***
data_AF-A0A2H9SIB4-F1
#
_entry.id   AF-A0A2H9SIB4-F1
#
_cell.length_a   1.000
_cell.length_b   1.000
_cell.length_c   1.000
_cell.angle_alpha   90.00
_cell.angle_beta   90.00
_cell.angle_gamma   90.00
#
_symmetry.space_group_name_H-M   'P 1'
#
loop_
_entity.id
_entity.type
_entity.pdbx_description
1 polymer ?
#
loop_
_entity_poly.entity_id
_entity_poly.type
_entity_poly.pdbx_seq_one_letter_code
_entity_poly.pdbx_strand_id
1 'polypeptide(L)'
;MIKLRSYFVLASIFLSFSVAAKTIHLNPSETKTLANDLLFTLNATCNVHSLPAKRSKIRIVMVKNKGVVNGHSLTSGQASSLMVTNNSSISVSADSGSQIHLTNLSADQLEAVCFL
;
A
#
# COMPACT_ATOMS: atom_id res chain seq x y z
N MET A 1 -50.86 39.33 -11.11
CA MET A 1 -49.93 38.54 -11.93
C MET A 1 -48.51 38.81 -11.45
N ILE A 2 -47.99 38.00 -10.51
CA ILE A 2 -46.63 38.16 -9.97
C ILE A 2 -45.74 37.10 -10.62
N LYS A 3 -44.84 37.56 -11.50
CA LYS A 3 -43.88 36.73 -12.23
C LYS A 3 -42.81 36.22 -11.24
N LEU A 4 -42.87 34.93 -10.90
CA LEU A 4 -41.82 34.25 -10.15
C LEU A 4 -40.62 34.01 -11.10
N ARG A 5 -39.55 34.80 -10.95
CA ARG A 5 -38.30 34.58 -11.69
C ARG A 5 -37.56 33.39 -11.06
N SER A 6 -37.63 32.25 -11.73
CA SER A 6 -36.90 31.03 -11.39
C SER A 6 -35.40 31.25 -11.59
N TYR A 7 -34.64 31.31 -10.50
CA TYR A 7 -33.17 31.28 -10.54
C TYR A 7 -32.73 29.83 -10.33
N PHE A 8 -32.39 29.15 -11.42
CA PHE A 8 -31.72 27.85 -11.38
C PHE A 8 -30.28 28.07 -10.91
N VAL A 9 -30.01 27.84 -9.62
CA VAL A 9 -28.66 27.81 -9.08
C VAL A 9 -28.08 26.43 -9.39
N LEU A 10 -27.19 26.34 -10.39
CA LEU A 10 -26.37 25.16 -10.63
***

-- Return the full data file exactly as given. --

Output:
data_AF-A0A2H9SIB4-F1
#
_entry.id   AF-A0A2H9SIB4-F1
#
_cell.length_a   1.000
_cell.length_b   1.000
_cell.length_c   1.000
_cell.angle_alpha   90.00
_cell.angle_beta   90.00
_cell.angle_gamma   90.00
#
_symmetry.space_group_name_H-M   'P 1'
#
loop_
_entity.id
_entity.type
_entity.pdbx_description
1 polymer ?
#
loop_
_entity_poly.entity_id
_entity_poly.type
_entity_poly.pdbx_seq_one_letter_code
_entity_poly.pdbx_strand_id
1 'polypeptide(L)'
;MIKLRSYFVLASIFLSFSVAAKTIHLNPSETKTLANDLLFTLNATCNVHSLPAKRSKIRIVMVKNKGVVNGHSLTSGQASSLMVTNNSSISVSADSGSQIHLTNLSADQLEAVCFL
;
A
#
# COMPACT_ATOMS: atom_id res chain seq x y z
N MET A 1 -50.86 39.33 -11.11
CA MET A 1 -49.93 38.54 -11.93
C MET A 1 -48.51 38.81 -11.45
N ILE A 2 -47.99 38.00 -10.51
CA ILE A 2 -46.63 38.16 -9.97
C ILE A 2 -45.74 37.10 -10.62
N LYS A 3 -44.84 37.56 -11.50
CA LYS A 3 -43.88 36.73 -12.23
C LYS A 3 -42.81 36.22 -11.24
N LEU A 4 -42.87 34.93 -10.90
CA LEU A 4 -41.82 34.25 -10.15
C LEU A 4 -40.62 34.01 -11.10
N ARG A 5 -39.55 34.80 -10.95
CA ARG A 5 -38.30 34.58 -11.69
C ARG A 5 -37.56 33.39 -11.06
N SER A 6 -37.63 32.25 -11.73
CA SER A 6 -36.90 31.03 -11.39
C SER A 6 -35.40 31.25 -11.59
N TYR A 7 -34.64 31.31 -10.50
CA TYR A 7 -33.17 31.28 -10.54
C TYR A 7 -32.73 29.83 -10.33
N PHE A 8 -32.39 29.15 -11.42
CA PHE A 8 -31.72 27.85 -11.38
C PHE A 8 -30.28 28.07 -10.91
N VAL A 9 -30.01 27.84 -9.62
CA VAL A 9 -28.66 27.81 -9.08
C VAL A 9 -28.08 26.43 -9.39
N LEU A 10 -27.19 26.34 -10.39
CA LEU A 10 -26.37 25.16 -10.63